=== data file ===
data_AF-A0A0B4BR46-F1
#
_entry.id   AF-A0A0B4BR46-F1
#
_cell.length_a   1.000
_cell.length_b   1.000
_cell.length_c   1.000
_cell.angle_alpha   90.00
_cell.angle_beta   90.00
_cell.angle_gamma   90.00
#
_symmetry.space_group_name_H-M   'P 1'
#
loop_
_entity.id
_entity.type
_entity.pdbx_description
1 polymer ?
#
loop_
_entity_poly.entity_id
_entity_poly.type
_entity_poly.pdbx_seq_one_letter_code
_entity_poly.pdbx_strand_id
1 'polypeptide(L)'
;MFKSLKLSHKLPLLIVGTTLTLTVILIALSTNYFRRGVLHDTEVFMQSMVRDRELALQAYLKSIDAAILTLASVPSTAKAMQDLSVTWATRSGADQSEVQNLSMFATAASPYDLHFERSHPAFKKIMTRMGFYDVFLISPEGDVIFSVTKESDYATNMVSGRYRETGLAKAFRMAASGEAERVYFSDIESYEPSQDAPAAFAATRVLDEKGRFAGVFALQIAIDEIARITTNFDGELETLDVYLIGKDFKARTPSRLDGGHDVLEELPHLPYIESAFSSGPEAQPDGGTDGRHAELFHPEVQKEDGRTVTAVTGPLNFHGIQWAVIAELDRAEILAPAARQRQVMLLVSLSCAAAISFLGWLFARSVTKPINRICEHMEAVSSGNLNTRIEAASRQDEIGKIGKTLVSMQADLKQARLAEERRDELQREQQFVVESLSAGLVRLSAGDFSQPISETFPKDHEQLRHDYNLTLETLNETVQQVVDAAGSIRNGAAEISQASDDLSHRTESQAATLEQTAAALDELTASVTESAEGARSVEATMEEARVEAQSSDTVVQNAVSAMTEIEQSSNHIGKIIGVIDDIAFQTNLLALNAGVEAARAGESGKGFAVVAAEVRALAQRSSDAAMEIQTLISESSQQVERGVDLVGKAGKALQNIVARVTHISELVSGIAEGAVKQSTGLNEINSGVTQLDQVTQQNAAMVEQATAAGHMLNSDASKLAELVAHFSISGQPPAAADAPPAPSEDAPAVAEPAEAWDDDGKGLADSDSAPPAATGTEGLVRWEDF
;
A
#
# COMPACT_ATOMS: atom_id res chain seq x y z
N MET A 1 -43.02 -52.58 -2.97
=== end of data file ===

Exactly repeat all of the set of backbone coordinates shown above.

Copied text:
data_AF-A0A0B4BR46-F1
#
_entry.id   AF-A0A0B4BR46-F1
#
_cell.length_a   1.000
_cell.length_b   1.000
_cell.length_c   1.000
_cell.angle_alpha   90.00
_cell.angle_beta   90.00
_cell.angle_gamma   90.00
#
_symmetry.space_group_name_H-M   'P 1'
#
loop_
_entity.id
_entity.type
_entity.pdbx_description
1 polymer ?
#
loop_
_entity_poly.entity_id
_entity_poly.type
_entity_poly.pdbx_seq_one_letter_code
_entity_poly.pdbx_strand_id
1 'polypeptide(L)'
;MFKSLKLSHKLPLLIVGTTLTLTVILIALSTNYFRRGVLHDTEVFMQSMVRDRELALQAYLKSIDAAILTLASVPSTAKAMQDLSVTWATRSGADQSEVQNLSMFATAASPYDLHFERSHPAFKKIMTRMGFYDVFLISPEGDVIFSVTKESDYATNMVSGRYRETGLAKAFRMAASGEAERVYFSDIESYEPSQDAPAAFAATRVLDEKGRFAGVFALQIAIDEIARITTNFDGELETLDVYLIGKDFKARTPSRLDGGHDVLEELPHLPYIESAFSSGPEAQPDGGTDGRHAELFHPEVQKEDGRTVTAVTGPLNFHGIQWAVIAELDRAEILAPAARQRQVMLLVSLSCAAAISFLGWLFARSVTKPINRICEHMEAVSSGNLNTRIEAASRQDEIGKIGKTLVSMQADLKQARLAEERRDELQREQQFVVESLSAGLVRLSAGDFSQPISETFPKDHEQLRHDYNLTLETLNETVQQVVDAAGSIRNGAAEISQASDDLSHRTESQAATLEQTAAALDELTASVTESAEGARSVEATMEEARVEAQSSDTVVQNAVSAMTEIEQSSNHIGKIIGVIDDIAFQTNLLALNAGVEAARAGESGKGFAVVAAEVRALAQRSSDAAMEIQTLISESSQQVERGVDLVGKAGKALQNIVARVTHISELVSGIAEGAVKQSTGLNEINSGVTQLDQVTQQNAAMVEQATAAGHMLNSDASKLAELVAHFSISGQPPAAADAPPAPSEDAPAVAEPAEAWDDDGKGLADSDSAPPAATGTEGLVRWEDF
;
A
#
# COMPACT_ATOMS: atom_id res chain seq x y z
N MET A 1 -43.02 -52.58 -2.97